SOMETIMES the mask of politics-as-it-is-officially-presented slips and the true face of the political class is revealed. A particularly serious slippage occurred quite recently in a Spinoff feature about “partisan lobbyists”. Neale Jones, a senior backroom operative in the dreary days of Andrew Little’s leadership of the Labour Party, but now the go-to lobbyist for people and businesses in need of some face-time with Labour cabinet ministers (or the public servants advising them) did something no member of the political class should ever do – he told us exactly what it thinks of our democracy.
It is a fundamental mistake, he told the feature’s author, Asher Emanuel, to assume that the Labour Party has anything to do with the day-to-day decision-making of cabinet ministers and public servants. Never mind that Labour spin-doctors rattle-on about New Zealand having a “Labour-led Government”, the actual, this-is-really-going-to-affect-you, business of government takes place in an almost entirely non-partisan environment.
“The Labour Party is not the government” says Jones. “The government is the government. I don’t go and try to lobby the Labour Party. The party does have its democratic structures and its policy platforms and manifesto and that is something that the government — the Labour government, the Labour Party-in-government — the government tries to advance. But ultimately there is a giant beast called the government and it’s the public service, it’s MPs, ministers, ministers from various parties.”
It’s the same with policy. Jones is scornful of the whole notion of public policy being, at its core, a democratic process.
“A Labour Party member sitting in a dusty hall in Temuka is not writing the government’s policy”, Jones says. “Eventually there’s an impact. But you’re not dealing with that person in the democratic process. You’re dealing with the government.”
At least Jones was decent enough to throw that “eventually there’s an impact” life-line to all those benighted souls raised on the notion that ordinary citizens, sitting in dusty halls, might be able to change the way their society is run. Although, he makes it pretty darn clear that those party members will find it very hard to recognise their ideas in what finally emerges from the “giant beast called the government”.
As Emanuel observes, there is no way of escaping the need for expertise when it comes to influencing the formation of public policy. An organisation wanting to change things, says Jones, is unlikely to succeed without “a decent communications and government relations capacity.”
And, as Emanuel quips: “it helps to be of the political world.”
“If you’re not in that world,” says Jones, “you don’t know, necessarily, how to engage with legislation and regulation. You don’t know who the people are, you don’t know them personally. You don’t know what makes them tick.”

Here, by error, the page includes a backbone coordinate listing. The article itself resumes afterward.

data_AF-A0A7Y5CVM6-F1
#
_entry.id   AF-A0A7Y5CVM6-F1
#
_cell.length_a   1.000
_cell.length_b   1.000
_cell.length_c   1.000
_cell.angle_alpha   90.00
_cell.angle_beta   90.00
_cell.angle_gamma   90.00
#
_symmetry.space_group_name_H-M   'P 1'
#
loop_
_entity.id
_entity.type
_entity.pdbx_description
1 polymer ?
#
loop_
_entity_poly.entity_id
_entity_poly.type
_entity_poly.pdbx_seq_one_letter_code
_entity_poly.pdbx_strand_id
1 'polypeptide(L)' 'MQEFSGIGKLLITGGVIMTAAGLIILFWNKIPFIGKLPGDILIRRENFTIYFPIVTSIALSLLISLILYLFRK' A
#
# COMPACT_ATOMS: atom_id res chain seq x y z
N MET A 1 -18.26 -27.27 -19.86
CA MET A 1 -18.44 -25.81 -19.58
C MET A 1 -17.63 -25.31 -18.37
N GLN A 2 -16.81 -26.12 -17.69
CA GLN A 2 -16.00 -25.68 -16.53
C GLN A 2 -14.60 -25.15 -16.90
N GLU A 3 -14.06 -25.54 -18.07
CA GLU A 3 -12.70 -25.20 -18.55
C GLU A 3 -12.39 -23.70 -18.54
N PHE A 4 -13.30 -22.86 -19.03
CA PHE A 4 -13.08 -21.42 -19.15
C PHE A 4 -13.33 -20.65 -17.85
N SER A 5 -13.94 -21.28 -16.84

In other words: “Ordinary citizens wishing to change the world should not attempt to do so without a $200-per-hour guide. Citizens requiring guides should proceed to the nearest lobby.”
Emanuel is gloomily philosophical about the world Jones inhabits.
“A certain kind of realism insists that this is simply the shape modern democracy must take. From this vantage, these trends are an inevitability, principle must yield to practicability, and moral conviction is mere aesthetics.”
Jones, of course, agrees: “I got into politics for economic justice issues and I believe in social justice. But also, I’m a pragmatist and a realist and I focus on how to get things done. The measure of what we do is what we get done, or what we achieve.”
These, then, are the opinions of what passes for a “progressive” member of the political class.
But is Jones right? Do pragmatism and realism require the quest for economic and social justice to remain seated in the waiting-room of history until the political class – those professional servants of the “great beast called government” – are ready to receive them?
The history of social and economic change in New Zealand strongly suggests that Jones is very far from being right.
New Zealand’s social welfare system which, in its essentials, came into existence on 1 April 1939, wasn’t written in a dusty hall in Temuka. It was, however, written 80 miles down the road, in the tiny rural settlement of Kurow.
Its authors were Gervan Macmillan, the local GP; Arnold Nordmeyer, the local Presbyterian minister; and Andrew Davidson, the local schoolteacher. On the doctor’s dining-room table, these three – whose jobs had brought them face-to-face with the worst privations of the Great Depression – mapped out the contours of a system which would, eventually, take care of their fellow citizens “from the cradle to the grave”.
Nordmeyer and Macmillan took the plan to the 1934 Labour Party Conference, where it was enthusiastically endorsed and included in the party’s 1935 manifesto. By 1938 it was the law of the land.
Not bad for three ordinary citizens, gathered around a dining-room table in Kurow, North Otago.
And not a lobbyist in sight.